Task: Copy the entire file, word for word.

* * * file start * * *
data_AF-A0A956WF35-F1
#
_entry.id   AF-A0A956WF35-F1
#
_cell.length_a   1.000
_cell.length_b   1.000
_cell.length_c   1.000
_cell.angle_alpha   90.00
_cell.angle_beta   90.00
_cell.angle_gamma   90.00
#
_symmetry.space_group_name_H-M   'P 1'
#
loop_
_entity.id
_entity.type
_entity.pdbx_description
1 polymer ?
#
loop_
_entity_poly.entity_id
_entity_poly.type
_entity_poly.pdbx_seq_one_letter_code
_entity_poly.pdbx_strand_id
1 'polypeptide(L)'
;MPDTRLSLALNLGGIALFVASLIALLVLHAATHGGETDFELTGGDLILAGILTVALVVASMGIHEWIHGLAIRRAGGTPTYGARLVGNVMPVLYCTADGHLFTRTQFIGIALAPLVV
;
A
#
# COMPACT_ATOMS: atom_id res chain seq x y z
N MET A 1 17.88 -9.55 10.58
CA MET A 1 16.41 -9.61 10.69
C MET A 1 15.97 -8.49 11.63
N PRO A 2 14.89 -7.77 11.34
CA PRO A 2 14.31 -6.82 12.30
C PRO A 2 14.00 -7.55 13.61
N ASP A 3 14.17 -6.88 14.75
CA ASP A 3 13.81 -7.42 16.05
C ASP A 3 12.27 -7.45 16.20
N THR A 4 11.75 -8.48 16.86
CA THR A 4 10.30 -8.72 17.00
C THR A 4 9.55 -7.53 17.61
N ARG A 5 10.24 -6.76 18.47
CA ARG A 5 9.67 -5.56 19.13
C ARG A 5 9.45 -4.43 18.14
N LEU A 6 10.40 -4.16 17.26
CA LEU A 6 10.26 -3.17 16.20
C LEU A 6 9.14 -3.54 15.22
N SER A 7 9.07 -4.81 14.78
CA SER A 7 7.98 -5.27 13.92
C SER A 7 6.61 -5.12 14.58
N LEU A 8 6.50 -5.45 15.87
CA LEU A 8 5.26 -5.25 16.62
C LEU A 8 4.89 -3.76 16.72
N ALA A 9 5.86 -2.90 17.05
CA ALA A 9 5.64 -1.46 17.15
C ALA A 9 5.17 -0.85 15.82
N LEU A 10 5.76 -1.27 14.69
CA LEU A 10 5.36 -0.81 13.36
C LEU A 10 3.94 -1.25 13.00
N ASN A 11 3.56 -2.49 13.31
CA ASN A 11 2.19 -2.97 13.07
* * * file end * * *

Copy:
data_AF-A0A956WF35-F1
#
_entry.id   AF-A0A956WF35-F1
#
_cell.length_a   1.000
_cell.length_b   1.000
_cell.length_c   1.000
_cell.angle_alpha   90.00
_cell.angle_beta   90.00
_cell.angle_gamma   90.00
#
_symmetry.space_group_name_H-M   'P 1'
#
loop_
_entity.id
_entity.type
_entity.pdbx_description
1 polymer ?
#
loop_
_entity_poly.entity_id
_entity_poly.type
_entity_poly.pdbx_seq_one_letter_code
_entity_poly.pdbx_strand_id
1 'polypeptide(L)'
;MPDTRLSLALNLGGIALFVASLIALLVLHAATHGGETDFELTGGDLILAGILTVALVVASMGIHEWIHGLAIRRAGGTPTYGARLVGNVMPVLYCTADGHLFTRTQFIGIALAPLVV
;
A
#
# COMPACT_ATOMS: atom_id res chain seq x y z
N MET A 1 17.88 -9.55 10.58
CA MET A 1 16.41 -9.61 10.69
C MET A 1 15.97 -8.49 11.63
N PRO A 2 14.89 -7.77 11.34
CA PRO A 2 14.31 -6.82 12.30
C PRO A 2 14.00 -7.55 13.61
N ASP A 3 14.17 -6.88 14.75
CA ASP A 3 13.81 -7.42 16.05
C ASP A 3 12.27 -7.45 16.20
N THR A 4 11.75 -8.48 16.86
CA THR A 4 10.30 -8.72 17.00
C THR A 4 9.55 -7.53 17.61
N ARG A 5 10.24 -6.76 18.47
CA ARG A 5 9.67 -5.56 19.13
C ARG A 5 9.45 -4.43 18.14
N LEU A 6 10.40 -4.16 17.26
CA LEU A 6 10.26 -3.17 16.20
C LEU A 6 9.14 -3.54 15.22
N SER A 7 9.07 -4.81 14.78
CA SER A 7 7.98 -5.27 13.92
C SER A 7 6.61 -5.12 14.58
N LEU A 8 6.50 -5.45 15.87
CA LEU A 8 5.26 -5.25 16.62
C LEU A 8 4.89 -3.76 16.72
N ALA A 9 5.86 -2.90 17.05
CA ALA A 9 5.64 -1.46 17.15
C ALA A 9 5.17 -0.85 15.82
N LEU A 10 5.76 -1.27 14.69
CA LEU A 10 5.36 -0.81 13.36
C LEU A 10 3.94 -1.25 13.00
N ASN A 11 3.56 -2.49 13.31
CA ASN A 11 2.19 -2.97 13.07